rom the moment that fateful letter, otherwise known as my schedule, arrives in my mailbox, I instantly get a buzz of excitement for the new school year. It’s not only time for school, but time for football games and Prep dances, time for Marian Mom’s and a fresh start. Time to get back into the swing of life at Marian. New classes with new people and new teachers. What’s not to love? (Other than that thing called learning, of course). Naturally, the first thing I do is hop on my Facebook and start comparing schedules with the classmates I haven’t seen in months. A new school year means one thing: school supply shopping. Walking down the aisles of Target and seeing the crisp, clean notebooks and writing utensils makes my heart skip a beat.It is the time to pick out the cutest notebooks, folders, pens and pencils that money can buy. I grab a basket and make my way down these breathtaking aisles. I make sure that all my notebooks and folders coordinate. As I look at the price of the Five

Star notebooks, I see the heavens open up. Five Star notebooks for $1? Target has a good sense of humor. When I realize the price is no joke and I begin to pile up my basket with every Five Star notebook in stock. With my notebooks taken care of, I grab some snazzy folders and a binder to pile them into. I check out and prepare for the next step of my school supply process. I arrive home and run upstairs to my room, my Target bags in tow. I search for my trusty backpack that has lead me through my three years at Marian. I finally locate it, sitting modestly next to my dresser. I sit down on my floor, pull out my multi-colored sharpies, start labeling my supplies and placing them into my dependable North Face. I grab my No. 2 pencils and walk over to the sharpener while whistling, “Be Our Guest” from Beauty and the Beast. I place those, and my brand new clicky pens in the front pocket of my bag. Once everything is done, I lean my backpack against the dresser once more, right next to my nicely folded green uniform and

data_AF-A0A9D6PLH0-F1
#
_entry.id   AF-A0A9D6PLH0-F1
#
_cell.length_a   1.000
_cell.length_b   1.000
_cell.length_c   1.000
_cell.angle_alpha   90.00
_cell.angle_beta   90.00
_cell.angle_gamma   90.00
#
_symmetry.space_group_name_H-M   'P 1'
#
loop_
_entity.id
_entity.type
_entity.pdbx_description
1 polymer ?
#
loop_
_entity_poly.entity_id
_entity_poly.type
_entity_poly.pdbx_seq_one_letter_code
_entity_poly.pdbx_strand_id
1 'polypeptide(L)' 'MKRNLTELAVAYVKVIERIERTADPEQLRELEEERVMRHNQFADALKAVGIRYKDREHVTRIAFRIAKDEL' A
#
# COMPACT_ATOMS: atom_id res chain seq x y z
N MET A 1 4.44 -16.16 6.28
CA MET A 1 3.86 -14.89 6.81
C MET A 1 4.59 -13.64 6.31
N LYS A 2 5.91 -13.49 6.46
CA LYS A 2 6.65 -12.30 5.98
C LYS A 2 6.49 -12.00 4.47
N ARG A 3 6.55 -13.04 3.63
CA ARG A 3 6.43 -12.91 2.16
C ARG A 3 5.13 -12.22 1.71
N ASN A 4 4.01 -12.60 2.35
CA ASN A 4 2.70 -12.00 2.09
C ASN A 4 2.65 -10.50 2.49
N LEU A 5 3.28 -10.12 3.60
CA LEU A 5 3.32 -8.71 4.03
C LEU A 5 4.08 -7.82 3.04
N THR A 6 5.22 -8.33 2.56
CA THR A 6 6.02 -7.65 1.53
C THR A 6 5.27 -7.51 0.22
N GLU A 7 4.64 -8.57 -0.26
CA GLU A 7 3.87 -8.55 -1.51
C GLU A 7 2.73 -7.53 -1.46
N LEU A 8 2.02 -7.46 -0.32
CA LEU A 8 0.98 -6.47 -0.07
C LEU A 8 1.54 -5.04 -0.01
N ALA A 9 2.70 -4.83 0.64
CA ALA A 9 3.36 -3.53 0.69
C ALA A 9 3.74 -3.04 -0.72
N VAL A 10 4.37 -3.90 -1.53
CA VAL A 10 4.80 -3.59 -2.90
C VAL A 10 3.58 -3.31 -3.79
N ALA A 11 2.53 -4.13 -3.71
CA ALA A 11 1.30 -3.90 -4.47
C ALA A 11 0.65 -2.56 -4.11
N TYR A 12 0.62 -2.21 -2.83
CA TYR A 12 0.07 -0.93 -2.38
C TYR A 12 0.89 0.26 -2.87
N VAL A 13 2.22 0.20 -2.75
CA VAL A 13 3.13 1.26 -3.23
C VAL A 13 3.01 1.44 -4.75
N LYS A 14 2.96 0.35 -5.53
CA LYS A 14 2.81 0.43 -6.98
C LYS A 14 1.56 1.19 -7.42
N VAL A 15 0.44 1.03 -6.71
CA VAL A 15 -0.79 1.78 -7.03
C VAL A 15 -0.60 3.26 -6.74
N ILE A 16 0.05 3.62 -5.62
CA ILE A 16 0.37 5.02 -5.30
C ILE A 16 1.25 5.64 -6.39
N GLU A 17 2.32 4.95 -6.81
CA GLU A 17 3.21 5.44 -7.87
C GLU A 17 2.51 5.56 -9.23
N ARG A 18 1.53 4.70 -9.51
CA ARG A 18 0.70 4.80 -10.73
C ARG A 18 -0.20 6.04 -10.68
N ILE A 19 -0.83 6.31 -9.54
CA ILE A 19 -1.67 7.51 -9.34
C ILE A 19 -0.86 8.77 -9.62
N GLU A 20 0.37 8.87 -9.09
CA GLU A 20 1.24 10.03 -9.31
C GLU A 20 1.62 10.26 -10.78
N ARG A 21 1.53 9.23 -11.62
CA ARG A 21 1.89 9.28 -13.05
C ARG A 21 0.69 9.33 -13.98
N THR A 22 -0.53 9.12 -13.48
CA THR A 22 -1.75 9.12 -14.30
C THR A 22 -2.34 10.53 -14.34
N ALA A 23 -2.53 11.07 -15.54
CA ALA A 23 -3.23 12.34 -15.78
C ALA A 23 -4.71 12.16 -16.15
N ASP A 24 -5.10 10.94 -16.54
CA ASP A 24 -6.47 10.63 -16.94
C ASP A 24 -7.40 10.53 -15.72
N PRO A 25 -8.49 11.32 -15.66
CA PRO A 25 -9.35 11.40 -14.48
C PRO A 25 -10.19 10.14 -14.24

begin to count down the days until I can go back to my second home. Now, don’t get me wrong, I love summer as much as the next girl. Nothing is more fun than staying up late on those summer nights and being able to sleep in the next day. However, I love being at Marian with my 706 closest friends just as much. From past experience, I have learned that being prepared for school can help in more ways than one. It helps me to get organized and stay on track with classes, at least for the first few weeks. It also means I don’t have to worry about running around my house trying to find notebooks and folders at the last minute. I enjoy having one less thing to stress about on the night before and the morning of the first day of school. I have been known to procrastinate here and there, so having all my supplies ready to go is extremely helpful. I glance over at the clock. 11:15 p.m. Although it’s not that late, I know I probably should be heading to bed considering that my world begins tomorrow at 7:50 a.m.

Opinion